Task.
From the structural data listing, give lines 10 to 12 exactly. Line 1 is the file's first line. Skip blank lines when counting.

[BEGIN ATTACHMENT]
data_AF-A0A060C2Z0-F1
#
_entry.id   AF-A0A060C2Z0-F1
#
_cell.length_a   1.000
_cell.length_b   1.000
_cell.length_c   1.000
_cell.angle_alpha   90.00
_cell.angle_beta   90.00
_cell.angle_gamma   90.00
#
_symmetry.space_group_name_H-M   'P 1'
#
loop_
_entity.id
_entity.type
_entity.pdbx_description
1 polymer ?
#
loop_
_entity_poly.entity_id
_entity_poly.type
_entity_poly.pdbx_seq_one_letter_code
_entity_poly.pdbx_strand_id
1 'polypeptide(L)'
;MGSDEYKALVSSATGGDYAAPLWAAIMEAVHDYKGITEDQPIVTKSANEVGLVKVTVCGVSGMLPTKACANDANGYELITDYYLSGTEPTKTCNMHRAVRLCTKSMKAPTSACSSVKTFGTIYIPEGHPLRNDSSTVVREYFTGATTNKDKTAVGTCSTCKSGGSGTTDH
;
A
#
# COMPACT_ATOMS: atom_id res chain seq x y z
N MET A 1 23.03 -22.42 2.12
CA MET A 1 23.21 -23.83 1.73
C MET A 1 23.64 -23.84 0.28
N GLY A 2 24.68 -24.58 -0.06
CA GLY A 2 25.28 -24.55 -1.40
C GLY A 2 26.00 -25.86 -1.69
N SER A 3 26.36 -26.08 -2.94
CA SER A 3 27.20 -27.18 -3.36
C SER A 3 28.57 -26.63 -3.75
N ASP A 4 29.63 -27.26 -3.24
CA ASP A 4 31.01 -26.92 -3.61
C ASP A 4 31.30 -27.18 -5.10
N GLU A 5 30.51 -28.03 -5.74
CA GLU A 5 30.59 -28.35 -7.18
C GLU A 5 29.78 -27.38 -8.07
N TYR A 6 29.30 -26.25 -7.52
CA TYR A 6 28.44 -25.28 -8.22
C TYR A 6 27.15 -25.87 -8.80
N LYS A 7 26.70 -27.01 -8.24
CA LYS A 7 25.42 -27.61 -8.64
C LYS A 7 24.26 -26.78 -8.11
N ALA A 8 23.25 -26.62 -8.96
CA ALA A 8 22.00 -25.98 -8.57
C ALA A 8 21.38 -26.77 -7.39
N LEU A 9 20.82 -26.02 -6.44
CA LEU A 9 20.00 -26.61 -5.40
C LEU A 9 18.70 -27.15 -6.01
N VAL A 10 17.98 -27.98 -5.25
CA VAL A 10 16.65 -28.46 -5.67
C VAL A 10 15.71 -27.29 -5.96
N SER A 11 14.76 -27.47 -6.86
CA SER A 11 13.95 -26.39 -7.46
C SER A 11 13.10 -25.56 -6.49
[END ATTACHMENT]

_cell.angle_gamma   90.00
#
_symmetry.space_group_name_H-M   'P 1'